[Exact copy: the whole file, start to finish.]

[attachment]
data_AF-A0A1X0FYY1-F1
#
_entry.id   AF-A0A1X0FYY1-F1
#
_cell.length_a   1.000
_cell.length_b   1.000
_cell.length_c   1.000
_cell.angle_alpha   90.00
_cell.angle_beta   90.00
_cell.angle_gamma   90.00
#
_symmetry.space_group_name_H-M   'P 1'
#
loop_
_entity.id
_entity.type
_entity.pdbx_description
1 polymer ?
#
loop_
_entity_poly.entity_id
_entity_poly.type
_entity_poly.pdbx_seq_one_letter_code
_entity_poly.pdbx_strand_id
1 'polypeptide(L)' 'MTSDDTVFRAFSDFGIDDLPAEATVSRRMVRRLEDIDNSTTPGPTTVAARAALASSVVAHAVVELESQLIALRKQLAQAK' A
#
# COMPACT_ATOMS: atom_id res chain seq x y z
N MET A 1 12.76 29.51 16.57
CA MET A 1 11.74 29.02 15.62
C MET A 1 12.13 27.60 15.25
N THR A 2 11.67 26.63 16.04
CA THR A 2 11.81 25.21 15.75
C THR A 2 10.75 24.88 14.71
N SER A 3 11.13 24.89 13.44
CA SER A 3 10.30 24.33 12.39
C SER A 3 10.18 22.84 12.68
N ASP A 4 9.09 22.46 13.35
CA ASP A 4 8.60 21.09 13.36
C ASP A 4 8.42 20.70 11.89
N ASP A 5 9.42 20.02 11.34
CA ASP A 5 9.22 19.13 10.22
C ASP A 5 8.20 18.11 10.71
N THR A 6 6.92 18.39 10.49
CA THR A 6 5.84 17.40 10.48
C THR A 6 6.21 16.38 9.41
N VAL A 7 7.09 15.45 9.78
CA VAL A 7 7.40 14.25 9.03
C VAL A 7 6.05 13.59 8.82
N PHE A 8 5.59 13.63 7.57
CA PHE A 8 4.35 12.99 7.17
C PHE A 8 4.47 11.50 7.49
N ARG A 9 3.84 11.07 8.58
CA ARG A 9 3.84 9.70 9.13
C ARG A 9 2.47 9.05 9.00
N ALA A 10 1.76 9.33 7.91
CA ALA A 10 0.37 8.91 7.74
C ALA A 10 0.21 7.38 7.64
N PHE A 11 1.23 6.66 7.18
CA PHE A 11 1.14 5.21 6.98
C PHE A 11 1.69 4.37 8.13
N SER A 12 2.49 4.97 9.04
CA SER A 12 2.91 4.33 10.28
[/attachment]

data_AF-A0A1X0FYY1-F1
#
_entry.id   AF-A0A1X0FYY1-F1
#
_cell.length_a   1.000
_cell.length_b   1.000
_cell.length_c   1.000
_cell.angle_alpha   90.00
_cell.angle_beta   90.00
_cell.angle_gamma   90.00
#
_symmetry.space_group_name_H-M   'P 1'
#
loop_
_entity.id
_entity.type
_entity.pdbx_description
1 polymer ?
#
loop_
_entity_poly.entity_id
_entity_poly.type
_entity_poly.pdbx_seq_one_letter_code
_entity_poly.pdbx_strand_id
1 'polypeptide(L)' 'MTSDDTVFRAFSDFGIDDLPAEATVSRRMVRRLEDIDNSTTPGPTTVAARAALASSVVAHAVVELESQLIALRKQLAQAK' A
#
# COMPACT_ATOMS: atom_id res chain seq x y z
N MET A 1 12.76 29.51 16.57
CA MET A 1 11.74 29.02 15.62
C MET A 1 12.13 27.60 15.25
N THR A 2 11.67 26.63 16.04
CA THR A 2 11.81 25.21 15.75
C THR A 2 10.75 24.88 14.71
N SER A 3 11.13 24.89 13.44
CA SER A 3 10.30 24.33 12.39
C SER A 3 10.18 22.84 12.68
N ASP A 4 9.09 22.46 13.35
CA ASP A 4 8.60 21.09 13.36
C ASP A 4 8.42 20.70 11.89
N ASP A 5 9.42 20.02 11.34
CA ASP A 5 9.22 19.13 10.22
C ASP A 5 8.20 18.11 10.71
N THR A 6 6.92 18.39 10.49
CA THR A 6 5.84 17.40 10.48
C THR A 6 6.21 16.38 9.41
N VAL A 7 7.09 15.45 9.78
CA VAL A 7 7.40 14.25 9.03
C VAL A 7 6.05 13.59 8.82
N PHE A 8 5.59 13.63 7.57
CA PHE A 8 4.35 12.99 7.17
C PHE A 8 4.47 11.50 7.49
N ARG A 9 3.84 11.07 8.58
CA ARG A 9 3.84 9.70 9.13
C ARG A 9 2.47 9.05 9.00
N ALA A 10 1.76 9.33 7.91
CA ALA A 10 0.37 8.91 7.74
C ALA A 10 0.21 7.38 7.64
N PHE A 11 1.23 6.66 7.18
CA PHE A 11 1.14 5.21 6.98
C PHE A 11 1.69 4.37 8.13
N SER A 12 2.49 4.97 9.04
CA SER A 12 2.91 4.33 10.28